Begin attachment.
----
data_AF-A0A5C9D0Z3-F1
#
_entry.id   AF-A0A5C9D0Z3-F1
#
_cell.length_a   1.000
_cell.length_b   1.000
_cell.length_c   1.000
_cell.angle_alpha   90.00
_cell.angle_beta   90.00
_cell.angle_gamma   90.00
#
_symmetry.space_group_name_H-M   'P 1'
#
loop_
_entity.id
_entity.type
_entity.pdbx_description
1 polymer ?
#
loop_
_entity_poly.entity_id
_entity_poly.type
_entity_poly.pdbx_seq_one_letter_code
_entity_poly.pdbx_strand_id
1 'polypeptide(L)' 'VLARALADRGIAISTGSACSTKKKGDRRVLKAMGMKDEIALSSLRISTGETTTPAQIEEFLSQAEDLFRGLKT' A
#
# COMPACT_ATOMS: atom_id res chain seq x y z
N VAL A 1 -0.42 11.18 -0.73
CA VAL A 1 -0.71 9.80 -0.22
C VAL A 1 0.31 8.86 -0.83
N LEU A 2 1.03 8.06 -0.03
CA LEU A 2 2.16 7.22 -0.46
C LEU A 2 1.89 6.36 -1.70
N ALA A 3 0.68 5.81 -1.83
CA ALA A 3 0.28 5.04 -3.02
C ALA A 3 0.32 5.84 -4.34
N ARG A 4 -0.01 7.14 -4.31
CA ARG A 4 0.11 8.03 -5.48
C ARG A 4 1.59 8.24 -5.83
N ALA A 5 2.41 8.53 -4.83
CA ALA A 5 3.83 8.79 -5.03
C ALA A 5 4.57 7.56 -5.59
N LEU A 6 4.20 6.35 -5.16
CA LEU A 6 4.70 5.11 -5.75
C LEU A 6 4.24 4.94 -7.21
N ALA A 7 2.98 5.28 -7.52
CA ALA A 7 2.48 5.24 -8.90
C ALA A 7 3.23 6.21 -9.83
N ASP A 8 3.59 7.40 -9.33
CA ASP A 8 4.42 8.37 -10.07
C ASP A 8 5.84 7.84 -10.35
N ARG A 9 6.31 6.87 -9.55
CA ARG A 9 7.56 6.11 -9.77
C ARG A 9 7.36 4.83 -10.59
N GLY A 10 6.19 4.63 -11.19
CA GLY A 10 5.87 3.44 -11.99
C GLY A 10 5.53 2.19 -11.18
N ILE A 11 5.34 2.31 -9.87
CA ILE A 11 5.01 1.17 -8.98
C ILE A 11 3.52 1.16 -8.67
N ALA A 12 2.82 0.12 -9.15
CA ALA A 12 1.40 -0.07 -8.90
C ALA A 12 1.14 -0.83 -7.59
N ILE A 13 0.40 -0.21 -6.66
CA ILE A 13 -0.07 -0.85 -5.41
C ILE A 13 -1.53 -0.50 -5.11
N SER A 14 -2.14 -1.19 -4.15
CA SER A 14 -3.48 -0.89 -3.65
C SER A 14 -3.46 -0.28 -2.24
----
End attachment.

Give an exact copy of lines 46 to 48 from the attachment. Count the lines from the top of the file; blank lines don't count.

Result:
N ALA A 7 2.98 5.28 -7.52
CA ALA A 7 2.48 5.24 -8.90
C ALA A 7 3.23 6.21 -9.83